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human activity and the destruction of the planet


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Developing a new, participatory economy by George Monbiot

This article first appeared in The Guardian on 11th October 2017.  It was entitled “Labouratory” and also appears on George Monbiot’s website http://www.monbiot.com.

We are still living in the long 20th Century. We are stuck with its redundant technologies: the internal combustion engine; thermal power plants; factory farms. We are stuck with its redundant politics: unfair electoral systems; their capture by funders and lobbyists; the failure to temper representation with real participation.

And we are stuck with its redundant economics: neoliberalism, and the Keynesianism still proposed by its opponents. While the latter system worked very well for 30 years or more, it is hard to see how it can take us through this century, not least because the growth it seeks to sustain smacks headlong into the environmental crisis.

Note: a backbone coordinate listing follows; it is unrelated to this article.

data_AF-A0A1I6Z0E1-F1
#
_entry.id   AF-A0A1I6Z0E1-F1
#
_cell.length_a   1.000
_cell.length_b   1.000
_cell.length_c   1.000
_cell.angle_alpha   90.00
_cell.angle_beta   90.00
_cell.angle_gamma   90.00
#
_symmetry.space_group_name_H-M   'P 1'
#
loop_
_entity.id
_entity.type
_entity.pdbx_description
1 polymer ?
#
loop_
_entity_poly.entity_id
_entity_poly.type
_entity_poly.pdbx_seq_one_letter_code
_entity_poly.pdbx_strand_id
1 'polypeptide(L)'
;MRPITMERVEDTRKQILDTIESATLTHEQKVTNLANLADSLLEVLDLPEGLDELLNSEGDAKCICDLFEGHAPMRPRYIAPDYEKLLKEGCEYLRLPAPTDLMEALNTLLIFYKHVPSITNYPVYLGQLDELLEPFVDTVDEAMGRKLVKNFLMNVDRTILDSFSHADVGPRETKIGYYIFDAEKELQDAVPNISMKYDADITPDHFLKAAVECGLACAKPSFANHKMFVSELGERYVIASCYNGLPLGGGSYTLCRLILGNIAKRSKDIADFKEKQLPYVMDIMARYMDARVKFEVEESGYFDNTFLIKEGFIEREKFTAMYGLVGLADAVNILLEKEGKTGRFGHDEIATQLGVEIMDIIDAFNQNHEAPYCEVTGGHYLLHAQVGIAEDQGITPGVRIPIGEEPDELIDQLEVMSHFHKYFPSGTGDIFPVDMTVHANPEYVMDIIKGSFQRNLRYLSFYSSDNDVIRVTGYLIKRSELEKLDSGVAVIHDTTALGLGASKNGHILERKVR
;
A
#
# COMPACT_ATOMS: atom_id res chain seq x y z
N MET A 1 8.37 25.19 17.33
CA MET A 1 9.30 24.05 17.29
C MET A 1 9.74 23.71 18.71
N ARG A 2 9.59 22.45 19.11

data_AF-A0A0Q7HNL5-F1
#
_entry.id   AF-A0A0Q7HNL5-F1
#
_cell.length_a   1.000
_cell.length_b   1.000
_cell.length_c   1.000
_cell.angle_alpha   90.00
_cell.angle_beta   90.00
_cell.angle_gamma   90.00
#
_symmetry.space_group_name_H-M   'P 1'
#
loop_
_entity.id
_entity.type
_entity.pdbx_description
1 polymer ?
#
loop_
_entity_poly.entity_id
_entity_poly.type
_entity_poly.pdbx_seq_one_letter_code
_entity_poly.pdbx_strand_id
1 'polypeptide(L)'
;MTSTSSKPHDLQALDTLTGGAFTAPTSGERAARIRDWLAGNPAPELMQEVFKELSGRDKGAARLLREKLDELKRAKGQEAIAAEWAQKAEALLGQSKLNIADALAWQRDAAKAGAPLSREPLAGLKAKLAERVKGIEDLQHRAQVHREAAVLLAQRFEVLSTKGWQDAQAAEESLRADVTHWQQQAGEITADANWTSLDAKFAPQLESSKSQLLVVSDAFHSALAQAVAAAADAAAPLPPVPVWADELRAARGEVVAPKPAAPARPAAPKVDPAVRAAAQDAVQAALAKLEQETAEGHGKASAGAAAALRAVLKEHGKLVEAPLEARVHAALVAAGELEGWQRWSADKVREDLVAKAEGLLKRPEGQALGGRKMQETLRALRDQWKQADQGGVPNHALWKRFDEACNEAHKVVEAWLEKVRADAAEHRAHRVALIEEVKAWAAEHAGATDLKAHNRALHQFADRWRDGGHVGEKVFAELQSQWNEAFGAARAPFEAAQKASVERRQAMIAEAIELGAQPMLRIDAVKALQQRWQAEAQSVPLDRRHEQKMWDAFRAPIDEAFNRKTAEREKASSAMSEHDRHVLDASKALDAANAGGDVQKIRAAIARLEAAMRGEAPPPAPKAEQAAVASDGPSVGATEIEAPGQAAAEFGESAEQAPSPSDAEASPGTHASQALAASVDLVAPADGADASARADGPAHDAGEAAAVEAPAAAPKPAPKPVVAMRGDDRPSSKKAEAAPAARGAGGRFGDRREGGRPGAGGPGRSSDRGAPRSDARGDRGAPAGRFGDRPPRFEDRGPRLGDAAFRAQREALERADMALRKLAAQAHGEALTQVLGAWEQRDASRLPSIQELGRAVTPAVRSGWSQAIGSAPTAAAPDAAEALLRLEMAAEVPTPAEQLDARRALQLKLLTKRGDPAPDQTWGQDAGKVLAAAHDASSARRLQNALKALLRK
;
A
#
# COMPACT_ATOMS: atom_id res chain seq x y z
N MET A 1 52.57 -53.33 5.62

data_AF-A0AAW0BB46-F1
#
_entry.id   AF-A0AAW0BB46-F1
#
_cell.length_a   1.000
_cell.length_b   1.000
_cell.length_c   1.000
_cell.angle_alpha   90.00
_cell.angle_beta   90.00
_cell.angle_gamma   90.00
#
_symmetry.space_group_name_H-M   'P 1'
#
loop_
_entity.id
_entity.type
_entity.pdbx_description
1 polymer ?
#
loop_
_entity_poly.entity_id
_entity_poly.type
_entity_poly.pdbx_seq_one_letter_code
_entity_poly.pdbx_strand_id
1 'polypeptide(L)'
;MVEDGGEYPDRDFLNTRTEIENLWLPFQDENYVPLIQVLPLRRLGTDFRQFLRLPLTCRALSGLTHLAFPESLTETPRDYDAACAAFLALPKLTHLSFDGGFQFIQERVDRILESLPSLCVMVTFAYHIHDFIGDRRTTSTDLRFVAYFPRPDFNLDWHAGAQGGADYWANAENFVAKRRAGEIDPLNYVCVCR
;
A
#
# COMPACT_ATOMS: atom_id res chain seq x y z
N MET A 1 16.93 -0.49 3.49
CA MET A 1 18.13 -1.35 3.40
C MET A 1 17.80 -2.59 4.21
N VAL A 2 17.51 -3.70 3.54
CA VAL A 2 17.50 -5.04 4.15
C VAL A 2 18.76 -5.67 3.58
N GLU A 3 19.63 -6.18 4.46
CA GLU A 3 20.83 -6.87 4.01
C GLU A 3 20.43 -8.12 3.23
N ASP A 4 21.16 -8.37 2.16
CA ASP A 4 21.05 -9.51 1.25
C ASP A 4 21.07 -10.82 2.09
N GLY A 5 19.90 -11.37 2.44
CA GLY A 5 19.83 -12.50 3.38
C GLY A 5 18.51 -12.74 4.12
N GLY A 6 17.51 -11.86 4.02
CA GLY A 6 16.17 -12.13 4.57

Sustained economic growth on a planet that is not growing means crashing through environmental limits: this is what we are witnessing, worldwide, today. A recent paper in Nature puts our current chances of keeping global heating to less than 1.5°C of at just 1%, and less than 2° at only 5%. Why? Because while the carbon intensity of economic activity is expected to decline by 1.9% a year, global per capita GDP is expected to grow by 1.8%. Almost all investment in renewables and efficiency is cancelled out. GDP, the index that was supposed to measure our prosperity, instead measures our progress towards ruin.

But the great rupture that began in 2008 offers a chance to change all this. The challenge now is to ensure that the new political movements threatening established power in Britain and elsewhere create the space not for old ideas (such as 20th Century Keynesianism) but for a new politics, built on new economic and social foundations.